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In Yorkville, that meant the revitalization of the original Four Seasons Hotel and new surrounding properties — creating new premier addresses in the upscale, iconic neighbourhood, from the Cumberland Tower condo collection to Yorkville Private Estates

Drone shot 18Yorkville Private Estates (Camrost Felcorp)

For the St. Clair corridor, that meant an old Imperial Oil building and a handful of office structures transforming into thousands of new residences in the award-winning master-planned community Imperial Village — a wide-scale reawakening of the St. Clair strip. 

In Mississauga, that means the Exchange District as a flourishing downtown destination with millions of square feet of shopping, dining, public parks and spaces, and a boutique hotel to lure travellers from all over the world. Towers topped with jewel-box beacons will glow in fuchsia, yellow and blue — rivalling the CN Tower as an unmistakable centrepiece in the sky.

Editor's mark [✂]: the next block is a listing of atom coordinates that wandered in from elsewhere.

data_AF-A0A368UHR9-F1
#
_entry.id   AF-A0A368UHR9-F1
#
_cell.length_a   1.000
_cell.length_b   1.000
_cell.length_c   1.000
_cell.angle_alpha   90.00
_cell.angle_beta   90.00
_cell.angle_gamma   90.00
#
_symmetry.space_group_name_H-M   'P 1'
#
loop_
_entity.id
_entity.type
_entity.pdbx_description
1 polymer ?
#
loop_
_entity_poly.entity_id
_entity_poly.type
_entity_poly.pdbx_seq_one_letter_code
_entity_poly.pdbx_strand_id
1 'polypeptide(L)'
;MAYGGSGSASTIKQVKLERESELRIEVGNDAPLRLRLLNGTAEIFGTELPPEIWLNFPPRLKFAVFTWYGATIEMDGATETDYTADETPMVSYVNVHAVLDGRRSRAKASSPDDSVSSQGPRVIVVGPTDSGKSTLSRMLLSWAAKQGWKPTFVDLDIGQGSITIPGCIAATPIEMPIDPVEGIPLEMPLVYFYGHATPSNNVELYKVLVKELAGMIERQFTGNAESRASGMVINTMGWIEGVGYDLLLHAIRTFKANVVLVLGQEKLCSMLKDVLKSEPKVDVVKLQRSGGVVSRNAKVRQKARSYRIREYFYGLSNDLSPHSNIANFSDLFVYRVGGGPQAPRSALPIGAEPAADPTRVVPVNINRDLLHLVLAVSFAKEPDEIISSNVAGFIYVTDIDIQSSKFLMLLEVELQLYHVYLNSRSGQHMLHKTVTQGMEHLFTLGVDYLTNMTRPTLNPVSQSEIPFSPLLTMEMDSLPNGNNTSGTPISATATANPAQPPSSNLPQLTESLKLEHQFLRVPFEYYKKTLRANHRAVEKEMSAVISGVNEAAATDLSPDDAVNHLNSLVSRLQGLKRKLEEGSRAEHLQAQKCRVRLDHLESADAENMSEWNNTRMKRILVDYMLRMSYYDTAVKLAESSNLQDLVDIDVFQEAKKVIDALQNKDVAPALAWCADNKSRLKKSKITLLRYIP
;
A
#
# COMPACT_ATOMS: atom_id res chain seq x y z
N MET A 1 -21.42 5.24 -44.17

Stewards of the city: Prioritizing people over profits

It’s stewardship and community-building that adds the final dimension to exciting new projects in growing neighbourhoods. Camrost defines stewardship as choosing the residents, the surrounding community, and even the city, over purely financial decisions.

“We always approach any development with: How do we leave the community in a better place?” Feldman says. “How do we ensure that the way in which our buildings interact with the ground create something that is more vibrant than before? We pay a lot of attention to the pedestrian realm.”

The decision can be as simple as burying parking underground, Castellano explains, which is not yet common in Mississauga projects. Underground parking is much more expensive but allows retail, dining and services at the pedestrian level — but for a developer seeking top profits, it would be better to sell those floors as residences.